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On gag orders, Mayor Young believes he’s above the law

Baltimore Mayor Bernard C. "Jack" Young speaks to a supporter following a news conference announcing a new collaboration in an effort to reduce homelessness in Baltimore last July.
Baltimore Mayor Bernard C. "Jack" Young speaks to a supporter following a news conference announcing a new collaboration in an effort to reduce homelessness in Baltimore last July. (Julio Cortez/AP)

Trivializing important social issues. Declaring that the people are the problem. Using your legal counsel to provide cover. Acting like you’re above the law. Who am I talking about? The correct answer is Baltimore Mayor Bernard C. “Jack” Young. If you have had your head in the sand, you may have missed some recent ugliness coming out of City Hall.

Besides sending out white van alerts and saying leadership doesn’t matter, our mayor has said he will openly disregard the law banning “gag orders” in civil settlement agreements with the city that was recently passed by City Council (“No Baltimore renaissance with gag orders still in use,” Oct. 30). Mr. Young chose not to veto the Transparency and Oversight Claims and Litigation Ordinance (19-0409) knowing that the veto would be overridden. He refused to sign the bill fearing he would be rebuking the orders of City Solicitor Andre Davis. According to Baltimore Brew, Mayor Young’s spokesman claims “the mayor can’t be in the habit of instructing a former federal Judge to ignore and break the law.”

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It seems to me that the solicitor should not be in the habit of instructing the mayor to break the law. Gag orders or non-disparagement agreements that are written into these settlements have already been found to be unconstitutional and essentially force citizens to shut their mouths about their victimization from police or other city agency employees. Unfortunately, getting any criminal recourse for those victimized by police brutality, in particular, is almost impossible. This is the reason that most victims turn to the civil courts. In most cases, dragging their families through the courts and being re-traumatized is so offensive that victims and their families feel compelled to take the settlement out of court.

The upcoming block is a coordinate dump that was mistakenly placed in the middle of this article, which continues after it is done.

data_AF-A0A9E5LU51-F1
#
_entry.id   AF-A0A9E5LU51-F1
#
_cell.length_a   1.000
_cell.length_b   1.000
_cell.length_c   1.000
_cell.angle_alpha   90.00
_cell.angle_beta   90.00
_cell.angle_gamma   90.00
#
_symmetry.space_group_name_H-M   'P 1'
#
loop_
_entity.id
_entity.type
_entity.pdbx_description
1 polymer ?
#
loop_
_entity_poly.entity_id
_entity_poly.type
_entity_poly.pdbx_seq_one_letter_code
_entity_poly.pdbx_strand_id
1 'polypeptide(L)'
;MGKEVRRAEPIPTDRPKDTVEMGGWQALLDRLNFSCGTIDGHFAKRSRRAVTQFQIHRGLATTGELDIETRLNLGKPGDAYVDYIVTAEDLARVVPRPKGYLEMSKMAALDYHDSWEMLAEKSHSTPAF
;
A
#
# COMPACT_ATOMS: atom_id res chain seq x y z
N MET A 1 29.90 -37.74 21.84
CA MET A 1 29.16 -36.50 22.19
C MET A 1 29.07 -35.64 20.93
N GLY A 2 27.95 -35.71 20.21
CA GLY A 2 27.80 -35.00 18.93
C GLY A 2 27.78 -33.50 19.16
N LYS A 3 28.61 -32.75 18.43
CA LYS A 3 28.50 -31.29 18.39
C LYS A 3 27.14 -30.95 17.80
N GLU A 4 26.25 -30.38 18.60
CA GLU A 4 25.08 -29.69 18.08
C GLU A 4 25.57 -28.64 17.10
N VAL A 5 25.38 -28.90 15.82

What can you do? Call in and air your concerns to the mayor. Ask the candidates running for mayor whether they want to continue with a city solicitor who wants to stifle victims and their families. Contact your state legislator to let them know that our city needs control of our police department and that the Officer’s Bill of Rights should be abolished because police officers need to be held accountable for their actions.

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Dan Hellerbach, Baltimore

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